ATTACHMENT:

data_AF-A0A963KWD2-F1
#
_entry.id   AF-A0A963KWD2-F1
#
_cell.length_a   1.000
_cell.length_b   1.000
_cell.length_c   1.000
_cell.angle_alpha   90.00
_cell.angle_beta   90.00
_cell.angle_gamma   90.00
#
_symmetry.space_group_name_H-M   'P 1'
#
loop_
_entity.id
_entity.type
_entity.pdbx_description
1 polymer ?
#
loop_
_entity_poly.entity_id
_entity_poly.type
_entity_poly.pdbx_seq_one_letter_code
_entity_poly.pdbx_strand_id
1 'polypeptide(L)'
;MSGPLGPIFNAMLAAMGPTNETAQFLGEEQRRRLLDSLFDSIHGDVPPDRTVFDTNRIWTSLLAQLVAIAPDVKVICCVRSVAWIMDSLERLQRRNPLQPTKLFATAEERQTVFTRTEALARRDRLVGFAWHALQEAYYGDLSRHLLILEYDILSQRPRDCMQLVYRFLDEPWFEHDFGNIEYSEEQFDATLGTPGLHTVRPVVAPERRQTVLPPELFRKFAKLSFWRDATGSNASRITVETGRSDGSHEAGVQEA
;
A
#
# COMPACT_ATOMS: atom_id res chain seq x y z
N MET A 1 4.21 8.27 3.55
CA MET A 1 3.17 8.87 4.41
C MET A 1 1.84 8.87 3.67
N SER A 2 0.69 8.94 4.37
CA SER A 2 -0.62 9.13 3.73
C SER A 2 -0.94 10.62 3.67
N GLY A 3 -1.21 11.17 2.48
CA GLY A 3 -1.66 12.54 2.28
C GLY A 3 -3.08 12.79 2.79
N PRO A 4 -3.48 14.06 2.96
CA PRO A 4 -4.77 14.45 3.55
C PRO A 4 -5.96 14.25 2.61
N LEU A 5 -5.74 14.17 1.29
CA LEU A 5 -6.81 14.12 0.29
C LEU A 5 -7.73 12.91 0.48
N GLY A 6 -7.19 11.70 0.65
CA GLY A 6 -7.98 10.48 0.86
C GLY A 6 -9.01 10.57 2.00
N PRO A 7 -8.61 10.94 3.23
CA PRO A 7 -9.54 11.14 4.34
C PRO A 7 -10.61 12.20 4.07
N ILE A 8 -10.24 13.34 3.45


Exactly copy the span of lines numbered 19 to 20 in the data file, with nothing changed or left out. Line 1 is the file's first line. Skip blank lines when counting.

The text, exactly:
#
loop_